The recession has provided a big stimulus for the adoption of new ways of working as companies respond to pressure to reduce overheads such as business travel and office costs and encourage their staff to work more flexibly.
A new report by New Ways of Working (New WOW), a member organization focused on alternative workplace solutions, has found that the adoption of what it terms "alternative workplace practices" (AW) has accelerated sharply since 2008, with four of 10 companies surveyed saying that they have put programs in place over the past two years.
These alternative workplace practices embrace a combination of work practices, locations and technologies that supplement or replace traditional offices. They include hot desking, working from home, hotels, or other third party places such as 'work cafes'.
The report, based on a survey of 103 organizations, including leading Fortune 100 companies, found that eight out of 10 organizations anticipated an increase in remote collaboration and corresponding reduction in business travel while more than six out of 10 said that they were replacing fixed desks with "hot desks". Around a third also said they were utilising satellite offices (drop-in spaces on the employee side of the commute).
But while many companies get the technology right, the report makes clear that their management practices and culture often lags behind. The top three barriers to better ways of working are organizational: organizational culture (entitlement, trust), management concerns, and fear of change.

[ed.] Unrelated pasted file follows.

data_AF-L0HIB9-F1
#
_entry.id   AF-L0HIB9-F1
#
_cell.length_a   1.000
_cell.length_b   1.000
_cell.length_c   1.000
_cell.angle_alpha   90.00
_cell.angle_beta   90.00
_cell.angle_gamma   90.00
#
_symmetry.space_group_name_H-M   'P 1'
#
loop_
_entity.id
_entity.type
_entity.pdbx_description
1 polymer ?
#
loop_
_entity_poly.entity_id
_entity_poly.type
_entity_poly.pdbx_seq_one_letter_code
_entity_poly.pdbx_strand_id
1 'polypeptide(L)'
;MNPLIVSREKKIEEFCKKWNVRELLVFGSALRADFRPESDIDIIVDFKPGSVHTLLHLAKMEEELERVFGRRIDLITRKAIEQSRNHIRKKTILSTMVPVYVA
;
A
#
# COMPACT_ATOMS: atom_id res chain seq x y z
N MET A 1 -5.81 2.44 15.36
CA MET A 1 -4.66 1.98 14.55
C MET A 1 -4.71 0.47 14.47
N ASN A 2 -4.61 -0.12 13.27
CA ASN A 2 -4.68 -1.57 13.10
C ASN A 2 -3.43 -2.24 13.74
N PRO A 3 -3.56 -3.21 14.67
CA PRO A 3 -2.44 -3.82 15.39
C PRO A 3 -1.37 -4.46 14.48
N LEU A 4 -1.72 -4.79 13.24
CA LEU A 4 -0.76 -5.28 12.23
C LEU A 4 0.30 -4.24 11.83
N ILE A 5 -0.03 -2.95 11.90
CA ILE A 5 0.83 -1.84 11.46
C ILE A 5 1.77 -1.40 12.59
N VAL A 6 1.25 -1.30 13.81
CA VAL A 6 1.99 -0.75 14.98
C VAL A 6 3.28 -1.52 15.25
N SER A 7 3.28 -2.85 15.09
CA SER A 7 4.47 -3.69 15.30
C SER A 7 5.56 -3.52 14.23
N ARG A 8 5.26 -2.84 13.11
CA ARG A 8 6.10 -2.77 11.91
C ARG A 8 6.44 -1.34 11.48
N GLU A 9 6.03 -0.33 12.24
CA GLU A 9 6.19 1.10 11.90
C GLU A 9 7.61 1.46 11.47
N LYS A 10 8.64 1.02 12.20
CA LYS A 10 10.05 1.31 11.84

Perhaps significantly, all these barriers are essentially people issues. In contrast, the primary drivers of change are "hard" economic - cost savings and real estate flexibility - rather than any concern over employee work/life balance, increased productivity, or improved retention.
Moreover, sustainability and reduced carbon footprint was ranked as one of the lowest business drivers for AW adoption, suggesting that many organizations have yet to realize the positive impact on sustainability that practices such as reducing office space, cutting commuting, and travel reduction can have.
But whatever the motivation, these ways of working are become mainstream practices in more and more organizations. "We don't even give it a name. It's just the normal way of working here," observed one survey participant.
"These results leave little doubt that alternative workplace programs are becoming valuable and perhaps critical initiatives as organizations strive to be more competitive by lowering their costs while attracting and retaining the 'best and the brightest,'" said Dr. Joe Aki Ouye, co-founder of the New Ways of Working Network.